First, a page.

"The whole idea was to create a musical landscape, or the Meshuggah soundtrack. In order for this album to make any real sense, [you have to] think of it as a movie. It goes through certain movements."
The inspiration for the mammoth scale of Catch 33 predated 2004's I (a single, 20-minute song) but had, until now, remained merely a lofty ambition due to the seemingly time-consuming nature of such a project. "We actually had this idea years ago but just let it go because we felt that it would be such a big project to go into the studio and do. It's been kind of a weird process, [but] this is an important album to us because it made us realise that this is something we can pull off."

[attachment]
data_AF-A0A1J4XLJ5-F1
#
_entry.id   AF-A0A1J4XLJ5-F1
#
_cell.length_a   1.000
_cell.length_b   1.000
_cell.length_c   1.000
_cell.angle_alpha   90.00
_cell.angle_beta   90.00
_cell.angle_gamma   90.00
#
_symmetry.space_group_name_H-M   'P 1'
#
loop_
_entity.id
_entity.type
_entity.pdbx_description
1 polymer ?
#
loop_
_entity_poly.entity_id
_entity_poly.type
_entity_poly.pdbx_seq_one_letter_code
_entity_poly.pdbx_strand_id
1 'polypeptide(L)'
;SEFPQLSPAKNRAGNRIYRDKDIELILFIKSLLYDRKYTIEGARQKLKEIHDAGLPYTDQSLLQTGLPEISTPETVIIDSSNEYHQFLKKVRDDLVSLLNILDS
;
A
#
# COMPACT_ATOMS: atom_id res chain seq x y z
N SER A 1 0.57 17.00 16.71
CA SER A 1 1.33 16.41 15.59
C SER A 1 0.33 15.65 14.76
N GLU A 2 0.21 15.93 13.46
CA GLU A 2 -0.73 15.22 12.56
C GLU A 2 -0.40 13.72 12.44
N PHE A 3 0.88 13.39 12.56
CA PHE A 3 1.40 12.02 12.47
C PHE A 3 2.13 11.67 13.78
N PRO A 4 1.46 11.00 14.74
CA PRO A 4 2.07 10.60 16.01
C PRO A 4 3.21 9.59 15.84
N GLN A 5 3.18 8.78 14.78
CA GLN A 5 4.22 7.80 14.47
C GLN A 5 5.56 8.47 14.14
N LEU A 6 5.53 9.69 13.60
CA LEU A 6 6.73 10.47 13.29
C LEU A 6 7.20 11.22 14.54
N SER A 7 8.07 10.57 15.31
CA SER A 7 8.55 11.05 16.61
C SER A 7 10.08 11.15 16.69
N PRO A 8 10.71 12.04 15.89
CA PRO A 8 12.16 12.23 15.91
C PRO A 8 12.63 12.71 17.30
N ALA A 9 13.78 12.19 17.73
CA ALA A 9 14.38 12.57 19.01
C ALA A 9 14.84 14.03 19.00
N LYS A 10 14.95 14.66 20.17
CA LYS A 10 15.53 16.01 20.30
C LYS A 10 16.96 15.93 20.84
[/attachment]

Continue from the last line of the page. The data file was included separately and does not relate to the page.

A long-form approach to composition has always been an integral aspect of Meshuggah's continuous self-reinvention. Though committed to uncovering the possibilities of manipulating time and tension, Hagström feels their evolution has been building towards this type of project from the outset. "So many people seem to be thinking of us in technical terms, like math metal, and [that] we're musically driven instrumentalists. That's cool, but that has nothing to do with what we're doing."